Fatal shootings by police are the rare outcomes of the millions of encounters between police officers and the public. Despite the unpredictable events that lead to the shootings, in each of the past four years police nationwide have shot and killed almost the same number of people – nearly 1,000.
Last year police shot and killed 998 people, 11 more than the 987 they fatally shot in 2017. In 2016, police killed 963 people, and 995 in 2015.
Years of controversial police shootings, protests, heightened public awareness, local police reforms and increased officer training have had little effect on the annual total. Everyone agrees – criminal justice researchers, academics and statisticians – that all of the attention has not been enough to move the number.
Mathematicians, however, say that probability theory may offer one explanation. The theory holds that the quantity of rare events in huge populations tends to remain stable absent major societal changes, such as a fundamental shift in police culture or extreme restrictions on gun ownership, which are unlikely.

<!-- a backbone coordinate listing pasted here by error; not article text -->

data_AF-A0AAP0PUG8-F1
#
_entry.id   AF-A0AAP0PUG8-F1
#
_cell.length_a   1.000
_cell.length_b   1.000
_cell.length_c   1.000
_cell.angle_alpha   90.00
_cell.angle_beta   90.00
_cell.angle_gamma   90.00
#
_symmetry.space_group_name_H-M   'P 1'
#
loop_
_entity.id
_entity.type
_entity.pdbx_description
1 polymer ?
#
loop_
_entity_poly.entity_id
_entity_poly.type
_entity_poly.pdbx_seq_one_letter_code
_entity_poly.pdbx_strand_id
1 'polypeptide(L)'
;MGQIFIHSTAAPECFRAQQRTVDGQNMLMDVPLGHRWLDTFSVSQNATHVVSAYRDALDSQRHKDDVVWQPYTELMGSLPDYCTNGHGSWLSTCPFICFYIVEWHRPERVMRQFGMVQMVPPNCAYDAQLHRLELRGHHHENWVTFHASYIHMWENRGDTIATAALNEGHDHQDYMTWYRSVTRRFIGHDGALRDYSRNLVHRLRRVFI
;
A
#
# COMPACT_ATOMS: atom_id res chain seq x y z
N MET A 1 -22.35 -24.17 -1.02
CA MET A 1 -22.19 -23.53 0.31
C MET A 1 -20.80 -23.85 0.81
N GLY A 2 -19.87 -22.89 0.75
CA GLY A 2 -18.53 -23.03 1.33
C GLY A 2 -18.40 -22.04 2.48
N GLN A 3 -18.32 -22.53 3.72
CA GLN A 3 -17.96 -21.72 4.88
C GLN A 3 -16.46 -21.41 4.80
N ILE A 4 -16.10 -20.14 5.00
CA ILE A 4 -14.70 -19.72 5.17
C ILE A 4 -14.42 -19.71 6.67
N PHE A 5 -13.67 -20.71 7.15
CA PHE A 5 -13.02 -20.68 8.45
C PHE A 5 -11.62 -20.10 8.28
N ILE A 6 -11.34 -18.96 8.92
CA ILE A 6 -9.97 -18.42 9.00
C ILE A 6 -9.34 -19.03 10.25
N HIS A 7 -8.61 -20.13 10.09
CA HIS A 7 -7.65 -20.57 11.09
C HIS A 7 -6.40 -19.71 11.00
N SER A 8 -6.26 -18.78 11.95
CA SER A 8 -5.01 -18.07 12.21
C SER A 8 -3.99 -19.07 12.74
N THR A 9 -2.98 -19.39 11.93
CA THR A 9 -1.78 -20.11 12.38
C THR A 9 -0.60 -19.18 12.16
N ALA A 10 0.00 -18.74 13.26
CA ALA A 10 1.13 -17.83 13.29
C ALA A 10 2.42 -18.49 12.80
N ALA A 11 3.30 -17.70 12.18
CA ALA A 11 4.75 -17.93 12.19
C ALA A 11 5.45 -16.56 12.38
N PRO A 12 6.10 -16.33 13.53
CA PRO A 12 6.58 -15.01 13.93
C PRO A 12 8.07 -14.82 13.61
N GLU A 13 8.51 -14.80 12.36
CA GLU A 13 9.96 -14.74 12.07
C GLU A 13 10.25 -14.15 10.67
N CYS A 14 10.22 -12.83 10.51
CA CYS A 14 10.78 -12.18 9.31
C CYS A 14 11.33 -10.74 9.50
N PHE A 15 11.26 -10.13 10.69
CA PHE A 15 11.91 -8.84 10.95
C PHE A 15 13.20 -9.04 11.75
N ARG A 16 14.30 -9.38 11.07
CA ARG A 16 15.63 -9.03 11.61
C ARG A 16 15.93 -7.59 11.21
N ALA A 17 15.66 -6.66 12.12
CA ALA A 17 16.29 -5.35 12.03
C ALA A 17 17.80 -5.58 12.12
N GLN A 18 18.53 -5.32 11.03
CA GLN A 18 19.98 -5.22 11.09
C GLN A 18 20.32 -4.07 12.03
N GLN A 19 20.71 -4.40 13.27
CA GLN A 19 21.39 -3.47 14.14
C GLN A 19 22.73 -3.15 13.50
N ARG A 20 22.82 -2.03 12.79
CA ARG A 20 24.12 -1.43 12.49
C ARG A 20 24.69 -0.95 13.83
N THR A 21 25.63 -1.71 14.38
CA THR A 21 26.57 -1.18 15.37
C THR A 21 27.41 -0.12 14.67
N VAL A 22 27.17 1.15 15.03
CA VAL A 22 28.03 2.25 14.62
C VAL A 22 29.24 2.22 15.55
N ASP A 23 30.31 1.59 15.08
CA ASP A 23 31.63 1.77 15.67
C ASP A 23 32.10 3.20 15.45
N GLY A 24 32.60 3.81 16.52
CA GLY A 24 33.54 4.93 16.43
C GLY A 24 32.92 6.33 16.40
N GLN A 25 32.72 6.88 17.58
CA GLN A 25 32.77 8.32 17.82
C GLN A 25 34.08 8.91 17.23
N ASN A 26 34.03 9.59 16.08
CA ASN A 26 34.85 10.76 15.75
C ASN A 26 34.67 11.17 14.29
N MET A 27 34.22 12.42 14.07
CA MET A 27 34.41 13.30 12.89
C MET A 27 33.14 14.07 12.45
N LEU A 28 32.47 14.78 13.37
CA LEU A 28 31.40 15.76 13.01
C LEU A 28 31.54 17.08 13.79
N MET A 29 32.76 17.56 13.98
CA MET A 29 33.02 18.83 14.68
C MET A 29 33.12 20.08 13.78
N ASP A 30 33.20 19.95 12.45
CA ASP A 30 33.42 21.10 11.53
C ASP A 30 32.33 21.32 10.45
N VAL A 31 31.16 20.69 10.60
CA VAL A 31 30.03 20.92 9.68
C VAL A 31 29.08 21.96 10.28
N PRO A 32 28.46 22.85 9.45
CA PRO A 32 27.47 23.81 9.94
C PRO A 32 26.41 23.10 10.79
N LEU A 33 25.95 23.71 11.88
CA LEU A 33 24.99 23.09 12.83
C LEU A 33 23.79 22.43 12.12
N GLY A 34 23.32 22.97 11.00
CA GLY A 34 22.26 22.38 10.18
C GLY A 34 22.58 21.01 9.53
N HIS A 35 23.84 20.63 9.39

“Just as vast numbers of randomly moving molecules, when put together, produce completely predictable behavior in a gas, so do vast numbers of human possibilities, each totally unpredictable in itself, when aggregated, produce an amazing predictability,” said Sir David Spiegelhalter, a professor and statistician at the University of Cambridge who studies risk and uncertainty.